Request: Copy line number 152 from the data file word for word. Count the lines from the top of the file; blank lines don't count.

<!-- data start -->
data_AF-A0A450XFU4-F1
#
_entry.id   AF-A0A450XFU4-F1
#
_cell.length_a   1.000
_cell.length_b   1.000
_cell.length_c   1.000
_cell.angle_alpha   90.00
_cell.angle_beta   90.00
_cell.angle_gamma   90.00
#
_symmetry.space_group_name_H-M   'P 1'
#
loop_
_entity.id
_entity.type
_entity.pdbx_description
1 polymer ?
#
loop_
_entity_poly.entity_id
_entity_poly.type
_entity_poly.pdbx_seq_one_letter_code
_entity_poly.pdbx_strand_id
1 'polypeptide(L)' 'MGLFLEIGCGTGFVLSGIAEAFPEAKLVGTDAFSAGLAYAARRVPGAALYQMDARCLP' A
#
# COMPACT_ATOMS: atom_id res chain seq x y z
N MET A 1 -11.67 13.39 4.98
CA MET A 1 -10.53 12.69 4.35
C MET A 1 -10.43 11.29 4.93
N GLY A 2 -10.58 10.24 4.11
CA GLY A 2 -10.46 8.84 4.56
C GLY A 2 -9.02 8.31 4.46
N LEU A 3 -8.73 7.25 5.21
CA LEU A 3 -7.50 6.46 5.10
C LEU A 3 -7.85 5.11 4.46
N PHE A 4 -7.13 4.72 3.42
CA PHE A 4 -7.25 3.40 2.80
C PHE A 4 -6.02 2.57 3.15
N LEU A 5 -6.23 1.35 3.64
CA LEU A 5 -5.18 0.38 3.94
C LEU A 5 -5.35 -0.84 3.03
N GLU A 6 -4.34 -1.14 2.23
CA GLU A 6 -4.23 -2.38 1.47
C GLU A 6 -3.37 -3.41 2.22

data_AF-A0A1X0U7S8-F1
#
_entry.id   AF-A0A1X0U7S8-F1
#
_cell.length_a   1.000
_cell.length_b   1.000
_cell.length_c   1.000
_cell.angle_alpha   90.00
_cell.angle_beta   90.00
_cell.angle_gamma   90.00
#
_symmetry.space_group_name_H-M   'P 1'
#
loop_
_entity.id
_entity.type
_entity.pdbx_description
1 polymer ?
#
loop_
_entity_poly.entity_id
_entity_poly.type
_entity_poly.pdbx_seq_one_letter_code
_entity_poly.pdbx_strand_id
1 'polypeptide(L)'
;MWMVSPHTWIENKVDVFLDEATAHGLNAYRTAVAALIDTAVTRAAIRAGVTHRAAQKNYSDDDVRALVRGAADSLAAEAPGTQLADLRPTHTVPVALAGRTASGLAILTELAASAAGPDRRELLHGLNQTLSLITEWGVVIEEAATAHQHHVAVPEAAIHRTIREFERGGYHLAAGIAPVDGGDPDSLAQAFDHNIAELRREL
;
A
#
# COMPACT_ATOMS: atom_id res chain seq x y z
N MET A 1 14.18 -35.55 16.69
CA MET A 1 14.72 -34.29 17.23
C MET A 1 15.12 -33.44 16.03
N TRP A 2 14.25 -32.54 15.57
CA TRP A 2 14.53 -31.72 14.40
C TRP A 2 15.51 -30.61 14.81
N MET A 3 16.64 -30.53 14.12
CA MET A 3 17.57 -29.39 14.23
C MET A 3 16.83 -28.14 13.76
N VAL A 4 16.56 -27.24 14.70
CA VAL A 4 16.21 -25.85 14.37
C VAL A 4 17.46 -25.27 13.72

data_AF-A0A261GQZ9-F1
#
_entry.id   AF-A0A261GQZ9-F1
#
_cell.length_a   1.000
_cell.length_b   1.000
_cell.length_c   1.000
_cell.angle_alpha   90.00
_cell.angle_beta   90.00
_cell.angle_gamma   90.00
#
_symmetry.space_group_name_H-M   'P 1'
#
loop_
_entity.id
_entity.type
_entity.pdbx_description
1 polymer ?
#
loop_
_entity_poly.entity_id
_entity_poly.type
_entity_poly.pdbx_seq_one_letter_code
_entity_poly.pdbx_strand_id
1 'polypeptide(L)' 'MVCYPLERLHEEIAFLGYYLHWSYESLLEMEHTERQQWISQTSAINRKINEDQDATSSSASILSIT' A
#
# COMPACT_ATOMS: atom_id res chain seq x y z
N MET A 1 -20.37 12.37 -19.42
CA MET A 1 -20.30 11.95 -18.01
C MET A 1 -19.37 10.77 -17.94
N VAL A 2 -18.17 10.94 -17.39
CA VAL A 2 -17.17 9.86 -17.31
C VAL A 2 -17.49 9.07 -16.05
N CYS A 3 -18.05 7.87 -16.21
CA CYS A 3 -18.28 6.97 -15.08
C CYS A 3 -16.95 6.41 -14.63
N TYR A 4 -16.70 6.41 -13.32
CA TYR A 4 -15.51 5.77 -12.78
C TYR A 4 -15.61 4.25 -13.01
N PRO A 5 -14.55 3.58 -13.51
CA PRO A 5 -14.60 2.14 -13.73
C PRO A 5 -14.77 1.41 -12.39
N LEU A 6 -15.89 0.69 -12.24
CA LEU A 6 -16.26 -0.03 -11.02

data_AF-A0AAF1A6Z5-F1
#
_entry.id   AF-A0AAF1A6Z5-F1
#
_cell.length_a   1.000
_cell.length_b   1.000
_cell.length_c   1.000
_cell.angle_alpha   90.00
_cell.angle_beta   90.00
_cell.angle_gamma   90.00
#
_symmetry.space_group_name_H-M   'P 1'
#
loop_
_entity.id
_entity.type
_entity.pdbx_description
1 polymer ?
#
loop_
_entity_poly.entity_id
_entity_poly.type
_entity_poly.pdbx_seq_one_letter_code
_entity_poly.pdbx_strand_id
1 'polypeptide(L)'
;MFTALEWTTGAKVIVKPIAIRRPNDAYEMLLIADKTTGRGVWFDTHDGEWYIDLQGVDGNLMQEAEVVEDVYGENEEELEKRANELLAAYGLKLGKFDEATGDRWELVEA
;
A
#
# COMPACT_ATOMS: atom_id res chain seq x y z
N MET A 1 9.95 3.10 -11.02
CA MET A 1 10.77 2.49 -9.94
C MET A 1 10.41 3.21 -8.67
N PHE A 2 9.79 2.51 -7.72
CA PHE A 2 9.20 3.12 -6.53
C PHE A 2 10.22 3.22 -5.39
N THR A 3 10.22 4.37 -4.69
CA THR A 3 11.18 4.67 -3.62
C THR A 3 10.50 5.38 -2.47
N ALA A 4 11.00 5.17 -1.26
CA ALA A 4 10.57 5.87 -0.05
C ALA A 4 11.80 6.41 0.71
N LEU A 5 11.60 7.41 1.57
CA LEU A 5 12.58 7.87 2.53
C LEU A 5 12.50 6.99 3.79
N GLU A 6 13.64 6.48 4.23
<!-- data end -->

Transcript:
_entity_poly.entity_id